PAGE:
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Tuesday, 23 October 2007

Hearts and Diamonds (1914) George D Baker

It's been a while since I've seen a John Bunny movie, which is hardly surprising given that he died in 1915 and left very few surviving films for posterity. In fact I've only seen one previously, 1911's Her Crowning Glory. Here he's Tupper, a rotund widower intent on keeping the boys away from his eligible daughters, yet eager to land a new wife of his own. He discovers Miss Whipple, a rich lady played by his regular foil Flora Finch, and because she's a baseball fan he tries to impress her by starting his own team.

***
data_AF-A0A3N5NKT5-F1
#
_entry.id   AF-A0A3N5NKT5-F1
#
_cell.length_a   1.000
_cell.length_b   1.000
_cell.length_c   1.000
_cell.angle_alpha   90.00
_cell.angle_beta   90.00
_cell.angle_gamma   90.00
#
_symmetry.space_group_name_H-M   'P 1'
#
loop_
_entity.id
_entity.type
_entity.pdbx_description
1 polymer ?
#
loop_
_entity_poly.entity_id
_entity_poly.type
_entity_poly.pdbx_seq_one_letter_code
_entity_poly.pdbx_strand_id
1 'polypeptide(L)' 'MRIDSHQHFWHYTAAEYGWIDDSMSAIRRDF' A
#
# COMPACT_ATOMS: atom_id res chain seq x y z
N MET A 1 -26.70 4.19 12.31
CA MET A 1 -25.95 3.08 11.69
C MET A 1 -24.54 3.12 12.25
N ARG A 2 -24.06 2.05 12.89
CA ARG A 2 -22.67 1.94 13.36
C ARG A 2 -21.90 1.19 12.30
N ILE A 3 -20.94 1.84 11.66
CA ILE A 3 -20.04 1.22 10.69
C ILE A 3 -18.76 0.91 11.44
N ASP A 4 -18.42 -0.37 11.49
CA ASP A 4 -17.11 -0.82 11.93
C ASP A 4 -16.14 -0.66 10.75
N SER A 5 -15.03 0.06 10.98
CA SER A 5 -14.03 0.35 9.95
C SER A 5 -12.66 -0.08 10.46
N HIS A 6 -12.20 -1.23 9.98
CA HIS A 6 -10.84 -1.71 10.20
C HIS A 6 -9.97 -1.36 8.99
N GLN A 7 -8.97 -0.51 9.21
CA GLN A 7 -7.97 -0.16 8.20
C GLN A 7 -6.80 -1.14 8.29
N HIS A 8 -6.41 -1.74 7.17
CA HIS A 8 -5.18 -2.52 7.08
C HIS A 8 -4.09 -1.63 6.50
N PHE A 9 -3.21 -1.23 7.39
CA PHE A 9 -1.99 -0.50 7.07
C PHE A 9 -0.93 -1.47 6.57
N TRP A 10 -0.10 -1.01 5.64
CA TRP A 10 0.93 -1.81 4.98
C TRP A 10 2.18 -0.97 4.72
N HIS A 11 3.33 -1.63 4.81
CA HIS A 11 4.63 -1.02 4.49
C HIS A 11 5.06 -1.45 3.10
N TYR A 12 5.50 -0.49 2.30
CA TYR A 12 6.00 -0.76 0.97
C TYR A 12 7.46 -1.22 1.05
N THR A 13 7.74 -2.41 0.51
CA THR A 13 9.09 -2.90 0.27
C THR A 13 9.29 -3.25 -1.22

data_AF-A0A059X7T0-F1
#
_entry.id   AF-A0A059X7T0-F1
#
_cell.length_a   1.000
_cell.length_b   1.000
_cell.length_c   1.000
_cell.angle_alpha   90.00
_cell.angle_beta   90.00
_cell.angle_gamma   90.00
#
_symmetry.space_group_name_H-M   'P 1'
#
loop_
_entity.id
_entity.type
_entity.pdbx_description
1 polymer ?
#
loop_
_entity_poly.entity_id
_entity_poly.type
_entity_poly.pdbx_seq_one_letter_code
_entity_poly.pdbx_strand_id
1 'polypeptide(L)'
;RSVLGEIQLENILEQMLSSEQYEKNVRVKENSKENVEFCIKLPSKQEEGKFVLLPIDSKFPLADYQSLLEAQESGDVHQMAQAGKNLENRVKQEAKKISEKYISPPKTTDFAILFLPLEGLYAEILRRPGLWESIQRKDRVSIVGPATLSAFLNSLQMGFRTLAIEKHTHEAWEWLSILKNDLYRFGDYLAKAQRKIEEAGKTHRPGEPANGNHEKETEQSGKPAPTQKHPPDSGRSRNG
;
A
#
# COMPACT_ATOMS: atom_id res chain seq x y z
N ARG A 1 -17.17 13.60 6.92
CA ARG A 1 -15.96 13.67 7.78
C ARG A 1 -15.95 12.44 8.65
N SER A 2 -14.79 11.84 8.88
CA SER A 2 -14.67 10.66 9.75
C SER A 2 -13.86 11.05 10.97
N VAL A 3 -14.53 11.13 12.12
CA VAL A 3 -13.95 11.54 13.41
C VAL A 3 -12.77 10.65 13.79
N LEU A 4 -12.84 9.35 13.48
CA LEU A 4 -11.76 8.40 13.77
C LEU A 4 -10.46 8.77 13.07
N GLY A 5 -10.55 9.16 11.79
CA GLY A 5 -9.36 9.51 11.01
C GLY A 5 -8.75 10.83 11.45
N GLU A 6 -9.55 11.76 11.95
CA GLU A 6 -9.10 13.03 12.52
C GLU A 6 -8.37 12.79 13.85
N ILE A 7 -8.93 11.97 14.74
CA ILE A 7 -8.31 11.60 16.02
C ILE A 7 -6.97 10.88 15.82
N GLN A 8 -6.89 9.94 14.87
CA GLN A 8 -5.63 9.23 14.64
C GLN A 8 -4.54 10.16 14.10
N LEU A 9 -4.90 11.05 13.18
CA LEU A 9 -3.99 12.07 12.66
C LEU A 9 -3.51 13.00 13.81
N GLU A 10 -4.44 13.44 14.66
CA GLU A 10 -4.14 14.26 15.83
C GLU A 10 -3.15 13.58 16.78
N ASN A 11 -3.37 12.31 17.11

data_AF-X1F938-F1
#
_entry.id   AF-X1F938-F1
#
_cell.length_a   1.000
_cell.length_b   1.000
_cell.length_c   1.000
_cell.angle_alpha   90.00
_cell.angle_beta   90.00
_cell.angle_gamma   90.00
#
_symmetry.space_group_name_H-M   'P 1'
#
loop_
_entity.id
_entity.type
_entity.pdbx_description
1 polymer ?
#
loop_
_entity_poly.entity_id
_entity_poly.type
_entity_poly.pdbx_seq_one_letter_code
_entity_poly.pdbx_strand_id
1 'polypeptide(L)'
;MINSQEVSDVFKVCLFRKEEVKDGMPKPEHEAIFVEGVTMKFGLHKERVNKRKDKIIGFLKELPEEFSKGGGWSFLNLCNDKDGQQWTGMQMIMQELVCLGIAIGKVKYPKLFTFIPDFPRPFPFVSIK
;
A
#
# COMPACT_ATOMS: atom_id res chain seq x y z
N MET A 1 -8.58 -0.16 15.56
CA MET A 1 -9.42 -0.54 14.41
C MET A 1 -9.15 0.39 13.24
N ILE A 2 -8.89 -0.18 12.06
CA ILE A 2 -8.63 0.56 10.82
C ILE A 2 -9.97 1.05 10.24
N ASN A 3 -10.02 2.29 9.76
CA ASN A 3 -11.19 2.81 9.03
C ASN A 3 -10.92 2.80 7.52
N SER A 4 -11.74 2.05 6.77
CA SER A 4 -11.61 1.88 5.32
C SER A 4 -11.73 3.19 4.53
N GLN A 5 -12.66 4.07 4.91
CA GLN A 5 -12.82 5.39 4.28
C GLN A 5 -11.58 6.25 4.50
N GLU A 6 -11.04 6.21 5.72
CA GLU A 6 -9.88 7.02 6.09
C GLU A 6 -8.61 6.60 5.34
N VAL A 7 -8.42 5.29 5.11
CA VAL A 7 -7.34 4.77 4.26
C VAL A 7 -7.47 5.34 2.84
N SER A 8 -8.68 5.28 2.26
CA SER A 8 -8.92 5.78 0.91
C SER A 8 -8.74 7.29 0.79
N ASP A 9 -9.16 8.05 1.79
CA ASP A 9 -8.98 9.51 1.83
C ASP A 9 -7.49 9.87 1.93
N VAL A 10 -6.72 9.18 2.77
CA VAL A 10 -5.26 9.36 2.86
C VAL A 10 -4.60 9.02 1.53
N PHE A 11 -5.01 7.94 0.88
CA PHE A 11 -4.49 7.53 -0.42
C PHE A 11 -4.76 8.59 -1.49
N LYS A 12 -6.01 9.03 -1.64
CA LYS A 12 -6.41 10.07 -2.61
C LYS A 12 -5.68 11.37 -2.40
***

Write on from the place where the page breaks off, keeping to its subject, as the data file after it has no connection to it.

Needless to say nothing goes his way, not least because he gets to play an exhibition game against the Brooklyn Dodgers and it proves hard to win even when they're trying to throw it for him. He ends up winning the game by scoring a home ride, because the opposition have to carry him round in a wheelbarrow. That's the level of the humour here but the story is more consistent than I'd expect for 1914. It does veer off into subplots about escaped lunatic ballplayers but those scenes are actually the funniest bits.

Bunny was the first real American screen comedian and he's actually pretty good and surpasses his material. His films were known as Bunnyfinches because he starred so often opposite the same lady, and had he lived longer they could easily have become as memorable a screen pairing as, say, Laurel and Hardy. What a shame.

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